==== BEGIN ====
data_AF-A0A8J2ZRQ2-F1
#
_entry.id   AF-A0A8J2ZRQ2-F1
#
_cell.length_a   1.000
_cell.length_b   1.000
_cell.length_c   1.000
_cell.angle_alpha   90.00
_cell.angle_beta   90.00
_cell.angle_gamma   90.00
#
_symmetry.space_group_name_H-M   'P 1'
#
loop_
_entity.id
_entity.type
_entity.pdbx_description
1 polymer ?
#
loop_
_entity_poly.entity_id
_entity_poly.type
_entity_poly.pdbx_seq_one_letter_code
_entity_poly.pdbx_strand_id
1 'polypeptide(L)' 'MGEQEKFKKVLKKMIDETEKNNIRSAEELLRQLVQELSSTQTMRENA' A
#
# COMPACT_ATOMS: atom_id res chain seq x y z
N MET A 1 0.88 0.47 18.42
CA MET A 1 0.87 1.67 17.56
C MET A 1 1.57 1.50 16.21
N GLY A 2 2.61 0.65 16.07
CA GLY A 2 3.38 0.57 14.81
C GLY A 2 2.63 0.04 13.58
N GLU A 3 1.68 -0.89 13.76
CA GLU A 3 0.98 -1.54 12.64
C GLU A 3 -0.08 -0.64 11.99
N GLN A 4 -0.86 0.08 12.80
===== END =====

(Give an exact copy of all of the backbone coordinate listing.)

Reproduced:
data_AF-A0A8J2ZRQ2-F1
#
_entry.id   AF-A0A8J2ZRQ2-F1
#
_cell.length_a   1.000
_cell.length_b   1.000
_cell.length_c   1.000
_cell.angle_alpha   90.00
_cell.angle_beta   90.00
_cell.angle_gamma   90.00
#
_symmetry.space_group_name_H-M   'P 1'
#
loop_
_entity.id
_entity.type
_entity.pdbx_description
1 polymer ?
#
loop_
_entity_poly.entity_id
_entity_poly.type
_entity_poly.pdbx_seq_one_letter_code
_entity_poly.pdbx_strand_id
1 'polypeptide(L)' 'MGEQEKFKKVLKKMIDETEKNNIRSAEELLRQLVQELSSTQTMRENA' A
#
# COMPACT_ATOMS: atom_id res chain seq x y z
N MET A 1 0.88 0.47 18.42
CA MET A 1 0.87 1.67 17.56
C MET A 1 1.57 1.50 16.21
N GLY A 2 2.61 0.65 16.07
CA GLY A 2 3.38 0.57 14.81
C GLY A 2 2.63 0.04 13.58
N GLU A 3 1.68 -0.89 13.76
CA GLU A 3 0.98 -1.54 12.64
C GLU A 3 -0.08 -0.64 11.99
N GLN A 4 -0.86 0.08 12.80